Archives for posts with tag: movie reviews

If someone had made a sequel to “Team America World Police,” it would have sucked. How about waiting 14 years and then doing a police procedural with pervy puppets and some human actors? That might not suck. And thus we have “The Happytime Murders” (2018). It’s terrible, awful, raunchy, funny, satirical – and oddly topical, if you catch the absurdist racial subtext – but it definitely doesn’t suck. If the premise doesn’t appeal to you, don’t watch it. If the hilarious shock of parody hardcore puppet sex hasn’t worn off in the years since “Team America,” come enjoy it all over again.

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The special effects are so bad in “Star Trek III: The Search for Spock” (1984), I don’t know whether to launch a withering criticism or complement the filmmakers for re-creating the lousy SFX from the original TV show. Animatronic spacedogs, burning tumbleweeds, fake snow, scientific fraudulence, it’s a tour de force. Not so much for the cast, which chases another fat paycheck by going through the same motions of overacting and heavy-handed symbolism we saw so many times before. Spock died in the previous flick, but Kirk forgot to retrieve the hard drive, so to speak. Hijinks (and Klingons) ensue.

I continue to believe true equality is not found in rare excellence, but in the above average and the mediocre. For example, if honkeys can make money churning out formulaic romantic comedies (cough, hallmarkchannel, cough), why can’t minorities? Of course they can! “Crazy Rich Asians” (2018) sometimes feels more engineered than created, but it hews to a tried-and-true rom-com storyline (working-class girl meets rich guy’s family), throws in a few twists, and manipulates in all the right places. Plus, you have the novelty of untrodden cinematic ground (Asians with British accents, exotic Singapore locations, etc.). Not great, not bad. See?

“The Big Chill” (1983) is an interesting setup and a great ending sandwiched around entirely too much tiresome baby boomer midlife crisis self-analysis. That’s why, as a film, this movie is no longer relevant to anyone other than those baby boomers who see themselves in the movie’s characters (with all due respect). However, it remains hugely significant in that its soundtrack of familiar hit songs helped change how music and movies interacted (and were marketed). And the incredibly positive audience response to said music helped inspire a radio format concept (classic rock) that remains popular 30 years after the film.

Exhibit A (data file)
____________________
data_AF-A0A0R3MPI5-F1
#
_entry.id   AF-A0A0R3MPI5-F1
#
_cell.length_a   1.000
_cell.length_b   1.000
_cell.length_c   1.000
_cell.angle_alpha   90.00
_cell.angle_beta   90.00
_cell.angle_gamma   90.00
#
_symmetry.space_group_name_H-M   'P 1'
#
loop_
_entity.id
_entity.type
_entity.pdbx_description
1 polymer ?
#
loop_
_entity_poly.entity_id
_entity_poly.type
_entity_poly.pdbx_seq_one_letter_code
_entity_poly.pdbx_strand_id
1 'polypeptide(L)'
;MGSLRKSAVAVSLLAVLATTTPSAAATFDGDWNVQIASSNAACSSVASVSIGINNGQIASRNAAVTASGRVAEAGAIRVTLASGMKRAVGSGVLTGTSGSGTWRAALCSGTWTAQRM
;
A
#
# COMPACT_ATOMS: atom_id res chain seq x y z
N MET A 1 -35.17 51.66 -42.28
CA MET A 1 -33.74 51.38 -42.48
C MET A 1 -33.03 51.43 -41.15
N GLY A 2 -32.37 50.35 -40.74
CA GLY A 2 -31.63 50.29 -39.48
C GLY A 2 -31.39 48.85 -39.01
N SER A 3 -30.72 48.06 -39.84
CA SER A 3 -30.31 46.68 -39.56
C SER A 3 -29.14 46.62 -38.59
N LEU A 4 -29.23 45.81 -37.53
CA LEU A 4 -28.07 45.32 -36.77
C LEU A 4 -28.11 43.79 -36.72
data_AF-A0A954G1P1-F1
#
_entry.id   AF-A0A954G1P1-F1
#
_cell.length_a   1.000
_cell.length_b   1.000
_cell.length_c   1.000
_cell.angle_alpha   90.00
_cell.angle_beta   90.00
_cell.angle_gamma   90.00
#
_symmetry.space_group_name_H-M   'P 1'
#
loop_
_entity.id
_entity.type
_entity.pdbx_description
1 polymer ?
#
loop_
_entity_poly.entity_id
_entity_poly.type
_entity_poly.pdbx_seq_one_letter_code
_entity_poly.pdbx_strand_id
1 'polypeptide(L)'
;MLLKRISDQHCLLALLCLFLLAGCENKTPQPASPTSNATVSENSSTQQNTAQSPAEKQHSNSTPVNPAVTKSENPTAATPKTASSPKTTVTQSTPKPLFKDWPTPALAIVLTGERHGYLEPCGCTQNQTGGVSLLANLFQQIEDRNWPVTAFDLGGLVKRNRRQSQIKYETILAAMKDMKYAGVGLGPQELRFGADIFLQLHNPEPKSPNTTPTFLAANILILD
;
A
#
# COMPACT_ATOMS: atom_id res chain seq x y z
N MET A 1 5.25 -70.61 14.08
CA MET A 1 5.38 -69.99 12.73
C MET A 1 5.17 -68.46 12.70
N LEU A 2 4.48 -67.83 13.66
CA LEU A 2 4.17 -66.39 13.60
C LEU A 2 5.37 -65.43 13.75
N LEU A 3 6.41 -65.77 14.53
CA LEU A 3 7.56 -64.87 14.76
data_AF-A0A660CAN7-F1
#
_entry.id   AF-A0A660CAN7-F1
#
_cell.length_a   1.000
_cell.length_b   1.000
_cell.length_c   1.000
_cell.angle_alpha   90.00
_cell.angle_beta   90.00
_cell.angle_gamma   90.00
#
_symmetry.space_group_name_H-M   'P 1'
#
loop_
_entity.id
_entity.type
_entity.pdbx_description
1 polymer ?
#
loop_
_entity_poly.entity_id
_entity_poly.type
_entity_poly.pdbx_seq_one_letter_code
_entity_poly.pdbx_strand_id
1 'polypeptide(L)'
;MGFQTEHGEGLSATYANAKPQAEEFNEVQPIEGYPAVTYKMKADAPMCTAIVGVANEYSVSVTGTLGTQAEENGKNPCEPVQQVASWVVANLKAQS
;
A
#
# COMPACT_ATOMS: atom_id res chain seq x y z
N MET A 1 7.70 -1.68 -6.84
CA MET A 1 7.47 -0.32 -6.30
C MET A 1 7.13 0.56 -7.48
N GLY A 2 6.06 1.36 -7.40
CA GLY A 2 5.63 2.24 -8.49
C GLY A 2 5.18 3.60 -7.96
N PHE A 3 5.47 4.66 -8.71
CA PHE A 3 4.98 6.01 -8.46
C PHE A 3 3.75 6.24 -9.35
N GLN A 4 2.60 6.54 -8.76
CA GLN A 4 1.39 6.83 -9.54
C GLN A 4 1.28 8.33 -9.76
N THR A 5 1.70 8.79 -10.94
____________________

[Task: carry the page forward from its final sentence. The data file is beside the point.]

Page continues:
My dad – rest his soul – loved “action” movies like “211” (2018). I put “action” in quotations because the “action” consists of supposedly trained people aimlessly firing weapons and blowing shit up for 75 percent of a movie that has no plot and is simply a mishmash of cliche movie characters (old cop, new cop, troubled youth, concerned mom, paramilitary bad guys, etc.) thrown together to speak lines that seem to come from a random dialogue generator. Dad loved movies like this because he didn’t feel guilty about falling asleep during them. Sorry, Nicolas Cage. You’re a couple years too late.

In the 1980s, high school was actually more boring than we remember, but “Fast Times at Ridgemont High” (1982) has been adopted as one of the definitive stories of my generation. So many scenes have been permanently absorbed into pop culture, they are too numerous to list (everyone my age has their favorites). The abortion and stoner subplots made it a controversial film at the time – and not worth an argument with my mom – so I didn’t see it in its entirety until several years after it came out. By then, I’d heard all the spoilers, but it didn’t matter.

We live in times when some take delight in exacting moral leverage over others by judging yesterday’s actions against today’s standards. Those of us who aren’t as self-certain in matters of virtue can ponder films like “Chappaquiddick,” the 2018 retelling of the 1969 car accident that killed a young lady and altered Ted Kennedy’s life. It’s fascinatingly ambiguous and will get you thinking – if you’re someone still inclined to do that. As the Kennedy machine tries to save his political career, we’re reminded that Ted isn’t the victim, the girl is. But are we really talking about the car wreck?